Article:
Kharlovka Web Report for the week 34 ending Friday, 20-Aug-10
by Justin McCarthy
Last Saturday as the big blades circled to a stop and we stepped out of the helicopter, a giant golden eagle swooped slowly across the valley over the Home pool sending them all scrambling for their cameras. It was obvious from the very beginning that this was going to be a week to remember. With the coast of the Barents Sea blanketed by dark misty clouds along with crisp autumn air temperatures in the high single digits, we quickly assembled the team to make our plan of attack.
What a difference a few days can make here on the northern tundra! After a long hot summer of extreme weather, we can finally say that the conditions are back in the anglers favour. At last, it is getting dark at night and the water temperatures are back down to a cool 8 degrees C. Including the additional 20 centimetres of rain the rivers received the previous week, and those two glorious days in the middle when the sun popped out for some great photographs, everything seemed to come just right for our last lucky group of tundra adventurers who by the way, could not have been more excited. Their time had finally come!
After a hot bowl of fish soup and a safety briefing, we dispatched a mixed group of six - British, Spanish, and Wyomingites over to get lost on the Litza for the first half of the week. Meanwhile the other gang of 10 Norwegian Vikings wasted no time spreading out through the middle Kharlovka. Before they all had their wading boots laced up and disinfected in the bucket, the radios were already crackling down at the Home pool. After the first couple hours of low light fishing into dusk, the Norwegians had landed six including a pair of new P.B.'s at 17 and 19 pounds.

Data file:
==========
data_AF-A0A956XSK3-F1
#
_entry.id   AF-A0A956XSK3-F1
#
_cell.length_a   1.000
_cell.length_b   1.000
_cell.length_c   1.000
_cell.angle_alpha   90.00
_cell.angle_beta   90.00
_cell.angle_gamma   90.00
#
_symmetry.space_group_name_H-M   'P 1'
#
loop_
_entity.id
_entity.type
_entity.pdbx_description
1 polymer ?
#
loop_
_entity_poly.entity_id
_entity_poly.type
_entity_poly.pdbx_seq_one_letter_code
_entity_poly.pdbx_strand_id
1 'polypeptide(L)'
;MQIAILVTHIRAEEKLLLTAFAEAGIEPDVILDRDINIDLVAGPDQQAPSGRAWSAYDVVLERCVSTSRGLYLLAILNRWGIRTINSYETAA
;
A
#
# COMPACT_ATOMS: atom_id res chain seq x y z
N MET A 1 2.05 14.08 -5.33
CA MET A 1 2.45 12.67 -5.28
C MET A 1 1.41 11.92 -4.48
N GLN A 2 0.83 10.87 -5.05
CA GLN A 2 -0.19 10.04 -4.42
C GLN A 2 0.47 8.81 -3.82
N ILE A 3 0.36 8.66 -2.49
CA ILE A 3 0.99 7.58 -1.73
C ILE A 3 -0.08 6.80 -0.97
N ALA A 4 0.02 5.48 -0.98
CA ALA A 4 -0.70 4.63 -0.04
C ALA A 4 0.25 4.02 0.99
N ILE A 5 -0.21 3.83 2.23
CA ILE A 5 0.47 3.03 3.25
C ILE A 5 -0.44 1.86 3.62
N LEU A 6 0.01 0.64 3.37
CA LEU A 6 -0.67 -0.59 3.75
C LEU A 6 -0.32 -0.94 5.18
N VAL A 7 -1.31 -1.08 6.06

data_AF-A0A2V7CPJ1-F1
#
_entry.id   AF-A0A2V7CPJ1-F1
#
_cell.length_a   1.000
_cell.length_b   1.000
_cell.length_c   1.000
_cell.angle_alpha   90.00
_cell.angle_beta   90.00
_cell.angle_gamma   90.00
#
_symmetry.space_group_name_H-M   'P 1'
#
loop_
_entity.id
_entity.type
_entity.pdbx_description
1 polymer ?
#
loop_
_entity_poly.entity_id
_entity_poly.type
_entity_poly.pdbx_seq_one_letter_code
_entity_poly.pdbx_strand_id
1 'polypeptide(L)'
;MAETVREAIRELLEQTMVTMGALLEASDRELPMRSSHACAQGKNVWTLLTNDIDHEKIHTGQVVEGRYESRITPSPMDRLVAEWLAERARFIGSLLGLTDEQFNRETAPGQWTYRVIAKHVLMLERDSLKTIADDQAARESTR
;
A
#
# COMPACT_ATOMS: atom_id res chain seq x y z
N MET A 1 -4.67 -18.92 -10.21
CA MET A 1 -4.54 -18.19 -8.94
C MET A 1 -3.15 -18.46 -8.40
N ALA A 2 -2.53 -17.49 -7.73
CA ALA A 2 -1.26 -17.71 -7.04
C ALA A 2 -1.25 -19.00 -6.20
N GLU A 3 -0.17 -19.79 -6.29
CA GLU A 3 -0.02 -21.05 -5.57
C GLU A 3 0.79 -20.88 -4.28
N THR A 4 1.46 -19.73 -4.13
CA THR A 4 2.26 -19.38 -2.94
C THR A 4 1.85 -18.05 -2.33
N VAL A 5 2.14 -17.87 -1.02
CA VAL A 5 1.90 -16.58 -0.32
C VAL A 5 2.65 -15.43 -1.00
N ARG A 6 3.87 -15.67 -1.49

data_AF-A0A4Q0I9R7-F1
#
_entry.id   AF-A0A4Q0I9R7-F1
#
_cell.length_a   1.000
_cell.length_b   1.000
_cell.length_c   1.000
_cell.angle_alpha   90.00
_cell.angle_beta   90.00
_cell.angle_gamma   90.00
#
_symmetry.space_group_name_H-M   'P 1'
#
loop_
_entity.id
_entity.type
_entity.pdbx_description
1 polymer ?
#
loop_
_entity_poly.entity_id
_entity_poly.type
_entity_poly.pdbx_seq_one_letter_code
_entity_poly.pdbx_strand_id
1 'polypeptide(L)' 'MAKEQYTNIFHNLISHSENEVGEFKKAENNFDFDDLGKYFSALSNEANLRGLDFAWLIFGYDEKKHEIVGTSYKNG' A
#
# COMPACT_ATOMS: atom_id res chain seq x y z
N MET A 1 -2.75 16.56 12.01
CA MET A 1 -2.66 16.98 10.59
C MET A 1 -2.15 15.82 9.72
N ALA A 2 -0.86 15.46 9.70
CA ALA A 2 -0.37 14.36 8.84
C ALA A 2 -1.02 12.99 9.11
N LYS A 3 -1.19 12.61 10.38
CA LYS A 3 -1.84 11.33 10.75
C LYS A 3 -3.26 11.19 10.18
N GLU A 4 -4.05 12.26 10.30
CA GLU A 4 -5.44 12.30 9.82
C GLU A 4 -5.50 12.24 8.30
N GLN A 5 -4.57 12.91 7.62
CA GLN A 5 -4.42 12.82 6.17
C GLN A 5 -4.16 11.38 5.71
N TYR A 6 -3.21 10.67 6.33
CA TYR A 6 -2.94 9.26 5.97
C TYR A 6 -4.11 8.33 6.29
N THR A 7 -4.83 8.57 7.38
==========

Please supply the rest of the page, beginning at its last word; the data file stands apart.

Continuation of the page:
All with cold beers that seemed to be attached to their hands, this was a fine group of Norwegian gentlemen who laughed the week away like a bunch of schoolboys - Skol! While all the Vikings managed to find nice salmon during their first half on the Kharlovka, it was Guttorm, Tommy and their fearless group leader Calix with their 20, 23 and 26 pound P.B.s to start the big show. Trond most certainly deserves a quick honourable mention as well for not getting the rod ripped out of his hand by a cracking nine-pound sea trout that nearly took all his backing and straighten the hook.
On Tuesday afternoon we swapped the groups over between the two rivers and made way for the Litza rumours about a crazy couple from Wyoming. This next short story is about poor old Hal and his lucky gal Connie. Completely addicted to fishing, Hal made the big mistake last year of bringing his lovely wife Connie here to the far north coast to introduce her to the most extreme fishing adventure that he could think of. Unfortunately for Hal's wallet, his plans quickly backfired though, as Big Alex took Connie under his wing and converted straight over to Atlantic salmon for life. Last week Hal and Connie wandered back into camp again for the second season in a row more determined than ever to find their dream fish. Turned out that Hal had been training for round II on the mighty Kharlovka since leaving last season and had lost 35 pounds! As lady luck would have it, sweet Connie ended up blowing all the boys away with the first, stunningly fresh 18-pound sea lice Osenka of the season. To put the exclamation point on her case, she backed that stunt up with a couple more amazing 21 and 26 pounders. When asked about her secrets, Connie replied "I just to whatever Valentine tells me!" Although poor Hal managed a bit of revenge later in the week by swapping rods with his wife to land a P.B. 20+ pounder of his own, we are afraid that this adventure is going to cost Hal for many years to come, as they or should we say Connie, has already made their bookings again for next year.